We are living in the “I can’t afford that” times. We think of the past and imagine simpler and easier days, and although we blame it on the changing-times, when it comes to our financial situation, we are the ones responsible.
We all know that person who lives short of money, always borrowing, always complaining about not making enough to get by; maybe we are that person. It seems that we live in a country where financial education doesn’t exist, and where debt and irresponsible spending are the common rule.
You are probably thinking “that’s not me”. But what if you’d identified those unnecessary expenses you could get rid off, in order to optimize your money?
Here’s five common behaviors that tend to leave us in debted:
Not having control over your expenses
If you usually give in to impulsive buying without taking in consideration everything you’ve already spent, you are making a big mistake.
There’s being bold and being reckless, and when playing with money, it’s easy to get burnt. It never hurts to keep in mind, or better on paper, a record of your monthly or biweekly expenses to know when you can spoil yourself. It’s not about having absolute restraint, but some products can wait for later.
You need to establish the things that you have to pay no matter what. All your fixed expenses like groceries, utilities; for some the gym, for others the car.
Once you’ve covered all your fixed expenses, and only then, you can consider getting those jeans you liked so much. Or maybe some extra beers on Friday night.
Credit cards are the most common cause of debt. If you think credit cards are a quick way to access money you don’t have, think again. Credit cards are tools banks designed mainly to put you in debt.
When applying for a credit card, or when managing one, never forget that you are supposed to pay everything you owe, if you don’t interests will make your debt grow quickly.
Most people think that by covering the minimum payments they are keeping up with their responsibility, but that’s the oldest trick in the book. By making the minimum payments, you are only paying for the interests, not your original debt which keeps increasing.
For this reason, if you use your credit card, even if you plan on making the minimum monthly payments with no interest, you have to plan ahead and make sure to pay your complete due balance. If the monthly payments exceed your financial capabilities, is better not to buy anything.
According to some financial experts, ideally we should save 10% of our total income, which means 5% out of every paycheck if we are paid biweekly. Others say that it’s best to have at least 6 months’ worth of salary.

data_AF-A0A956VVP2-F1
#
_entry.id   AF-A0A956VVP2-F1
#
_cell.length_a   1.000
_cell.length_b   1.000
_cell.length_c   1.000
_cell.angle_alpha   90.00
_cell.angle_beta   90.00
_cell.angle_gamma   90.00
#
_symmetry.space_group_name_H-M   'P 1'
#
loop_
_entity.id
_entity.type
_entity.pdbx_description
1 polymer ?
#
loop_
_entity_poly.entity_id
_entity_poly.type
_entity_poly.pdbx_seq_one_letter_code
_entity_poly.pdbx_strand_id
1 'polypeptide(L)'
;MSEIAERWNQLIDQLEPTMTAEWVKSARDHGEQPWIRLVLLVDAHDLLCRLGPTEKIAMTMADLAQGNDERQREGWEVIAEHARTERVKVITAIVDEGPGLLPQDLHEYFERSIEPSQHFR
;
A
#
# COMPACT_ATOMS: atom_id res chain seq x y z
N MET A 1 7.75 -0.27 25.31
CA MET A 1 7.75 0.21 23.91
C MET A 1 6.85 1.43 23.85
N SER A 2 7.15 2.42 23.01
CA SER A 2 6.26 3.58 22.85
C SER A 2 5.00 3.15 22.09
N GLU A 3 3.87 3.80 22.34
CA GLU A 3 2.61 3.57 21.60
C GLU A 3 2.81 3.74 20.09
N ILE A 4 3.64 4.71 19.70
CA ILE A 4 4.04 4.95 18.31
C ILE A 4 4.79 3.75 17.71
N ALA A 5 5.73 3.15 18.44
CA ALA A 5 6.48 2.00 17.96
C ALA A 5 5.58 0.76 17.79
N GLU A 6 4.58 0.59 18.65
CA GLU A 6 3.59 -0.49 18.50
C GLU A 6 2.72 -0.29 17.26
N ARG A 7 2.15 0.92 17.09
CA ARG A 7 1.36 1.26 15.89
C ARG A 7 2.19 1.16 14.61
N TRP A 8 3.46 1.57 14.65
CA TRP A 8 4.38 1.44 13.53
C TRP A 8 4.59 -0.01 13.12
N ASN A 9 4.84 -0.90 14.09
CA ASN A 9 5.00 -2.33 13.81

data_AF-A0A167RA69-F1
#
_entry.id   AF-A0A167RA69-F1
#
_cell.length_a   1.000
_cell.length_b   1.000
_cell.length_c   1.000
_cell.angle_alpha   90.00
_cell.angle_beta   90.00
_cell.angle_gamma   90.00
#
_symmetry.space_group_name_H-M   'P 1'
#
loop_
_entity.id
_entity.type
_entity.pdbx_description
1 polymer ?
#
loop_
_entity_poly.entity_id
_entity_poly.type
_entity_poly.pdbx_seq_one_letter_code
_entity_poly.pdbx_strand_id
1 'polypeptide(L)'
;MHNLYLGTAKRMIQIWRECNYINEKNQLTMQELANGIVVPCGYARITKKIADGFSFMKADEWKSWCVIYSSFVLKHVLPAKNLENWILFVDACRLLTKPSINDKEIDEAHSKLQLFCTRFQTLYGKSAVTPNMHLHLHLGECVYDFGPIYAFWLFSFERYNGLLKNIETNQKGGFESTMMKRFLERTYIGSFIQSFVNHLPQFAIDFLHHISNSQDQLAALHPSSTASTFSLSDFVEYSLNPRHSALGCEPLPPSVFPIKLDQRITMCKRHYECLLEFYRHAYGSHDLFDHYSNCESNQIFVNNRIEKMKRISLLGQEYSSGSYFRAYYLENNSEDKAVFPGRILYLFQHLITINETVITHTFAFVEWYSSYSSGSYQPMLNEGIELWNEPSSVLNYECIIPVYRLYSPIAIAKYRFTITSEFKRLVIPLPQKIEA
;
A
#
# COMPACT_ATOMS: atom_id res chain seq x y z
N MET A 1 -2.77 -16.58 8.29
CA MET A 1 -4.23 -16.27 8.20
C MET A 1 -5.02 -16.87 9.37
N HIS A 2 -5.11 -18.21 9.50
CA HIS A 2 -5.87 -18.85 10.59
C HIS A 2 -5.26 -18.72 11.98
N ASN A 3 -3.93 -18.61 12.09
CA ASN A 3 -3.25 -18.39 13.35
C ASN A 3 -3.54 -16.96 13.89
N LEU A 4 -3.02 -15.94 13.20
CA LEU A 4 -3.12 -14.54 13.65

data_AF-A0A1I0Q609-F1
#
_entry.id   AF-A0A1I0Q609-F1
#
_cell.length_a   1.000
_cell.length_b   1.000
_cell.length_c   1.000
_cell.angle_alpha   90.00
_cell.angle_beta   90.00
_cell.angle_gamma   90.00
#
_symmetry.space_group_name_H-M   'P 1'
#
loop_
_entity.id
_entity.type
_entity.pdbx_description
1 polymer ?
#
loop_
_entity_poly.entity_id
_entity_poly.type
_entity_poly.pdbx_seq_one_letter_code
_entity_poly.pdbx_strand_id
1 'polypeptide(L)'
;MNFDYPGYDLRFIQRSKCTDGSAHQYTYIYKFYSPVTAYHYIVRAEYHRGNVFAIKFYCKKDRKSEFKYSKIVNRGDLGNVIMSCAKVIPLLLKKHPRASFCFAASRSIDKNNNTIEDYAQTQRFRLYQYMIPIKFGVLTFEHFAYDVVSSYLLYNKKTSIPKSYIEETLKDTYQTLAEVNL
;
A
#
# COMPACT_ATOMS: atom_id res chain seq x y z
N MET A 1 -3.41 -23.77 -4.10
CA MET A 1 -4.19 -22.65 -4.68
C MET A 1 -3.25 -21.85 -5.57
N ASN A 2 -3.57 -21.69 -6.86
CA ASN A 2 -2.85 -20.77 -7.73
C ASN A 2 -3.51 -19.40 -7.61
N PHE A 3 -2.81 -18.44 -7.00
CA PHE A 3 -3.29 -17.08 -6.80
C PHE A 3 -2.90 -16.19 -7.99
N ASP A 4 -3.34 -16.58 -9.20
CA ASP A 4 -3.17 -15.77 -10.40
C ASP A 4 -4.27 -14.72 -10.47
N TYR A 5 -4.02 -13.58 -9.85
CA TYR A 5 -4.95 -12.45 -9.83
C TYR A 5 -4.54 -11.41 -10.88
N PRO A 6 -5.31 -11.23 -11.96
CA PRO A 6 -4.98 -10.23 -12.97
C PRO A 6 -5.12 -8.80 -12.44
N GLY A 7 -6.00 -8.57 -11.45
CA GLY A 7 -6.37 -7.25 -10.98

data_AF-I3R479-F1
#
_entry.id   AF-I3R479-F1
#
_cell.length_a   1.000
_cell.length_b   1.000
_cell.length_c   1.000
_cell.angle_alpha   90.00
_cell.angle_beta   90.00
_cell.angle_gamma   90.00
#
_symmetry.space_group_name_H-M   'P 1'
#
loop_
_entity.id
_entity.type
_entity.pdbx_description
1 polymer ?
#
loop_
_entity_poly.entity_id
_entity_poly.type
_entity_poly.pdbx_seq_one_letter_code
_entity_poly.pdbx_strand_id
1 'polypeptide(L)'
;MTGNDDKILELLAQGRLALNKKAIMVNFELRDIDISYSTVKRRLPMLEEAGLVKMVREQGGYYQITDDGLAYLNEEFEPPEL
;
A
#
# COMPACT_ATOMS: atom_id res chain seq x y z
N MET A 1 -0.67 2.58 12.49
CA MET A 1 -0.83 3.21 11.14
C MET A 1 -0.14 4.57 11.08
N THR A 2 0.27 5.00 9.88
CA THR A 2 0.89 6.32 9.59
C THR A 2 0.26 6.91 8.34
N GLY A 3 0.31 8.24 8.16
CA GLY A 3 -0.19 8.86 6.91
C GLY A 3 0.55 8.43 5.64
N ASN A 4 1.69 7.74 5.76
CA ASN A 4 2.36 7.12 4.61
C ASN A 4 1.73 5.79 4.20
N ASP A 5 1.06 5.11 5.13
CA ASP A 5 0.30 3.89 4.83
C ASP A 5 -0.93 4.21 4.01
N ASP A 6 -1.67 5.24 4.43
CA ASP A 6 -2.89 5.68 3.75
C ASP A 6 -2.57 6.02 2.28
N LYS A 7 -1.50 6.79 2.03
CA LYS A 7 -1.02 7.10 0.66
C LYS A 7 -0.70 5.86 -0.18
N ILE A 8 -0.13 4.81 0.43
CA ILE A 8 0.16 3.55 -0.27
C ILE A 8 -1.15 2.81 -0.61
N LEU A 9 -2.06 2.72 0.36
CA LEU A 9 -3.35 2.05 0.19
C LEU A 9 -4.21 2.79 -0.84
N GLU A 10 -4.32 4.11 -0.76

This is to have a backup in case of emergency…emergency not being the latest iPhone coming out, or your best friend’s birthday, but rather unforeseen medical expenses or unemployment.
The truth is that saving 10% is really hard, let alone saving 6 months of salary, and those amounts probably wouldn’t be enough to cover for an emergency anyway. This is why we should have small investments to back us up against inflation and devaluation.
A small business, a second job or a property you can lease are great options to improve your economy.
Yes, we know not everyone has property lying around, but the point is you need to consider the possibility of something being wrong, the more dedicated you are to saving, the smaller the impact unforeseen circumstances will have on you.
Let’s be real: having cash in hand makes it really easy to give into temptation, and that’s another big mistake we make with our personal finances.
The next time you are going to buy anything, ask yourself if you really need it. If the answer is yes, then ask yourself do I really need it now?
Also keep in mind how much money you are about to spend, and all the other ways you could invest it. For example if you want get the latest album of your favorite artist, you’re probably planning on spending $200 MXN; instead you could use that money to pay for the dentist consultation you keep putting off, or maybe just add it to your monthly savings.
Lack of investment
Investing is the best way of planning for your future. There are many private institutions and governmental programs that help you start your first business venture.
You don’t need your life savings, you can get a bank loan to start a company, and use part of the new income to pay for it. Maybe you don’t have the entrepreneurial bone; for you there are options like Uber to get an extra source of income that runs itself. It’s quite accessible to get a new car and enroll it in these service platforms.
It might seem funny, but saving banks and informal loan clubs are actually great investing options. If you are organizing a savings bank, you get to charge the interests on the money you are lending, and all that profit is for you. Informal loan clubs guarantee you your savings for a determined date. It’s worth having your money invested, saved, or working in any of the investing options we mentioned.
When it comes to personal finances you have to be smart, and the more money you have, the smarter the decisions you have to take.
It’s great to earn your own money and spend it wherever you want. But if you make any of the mistakes we mentioned, you might end up hating being an adult, paying for never-ending debts, and not enjoying much of your money. It’s your call.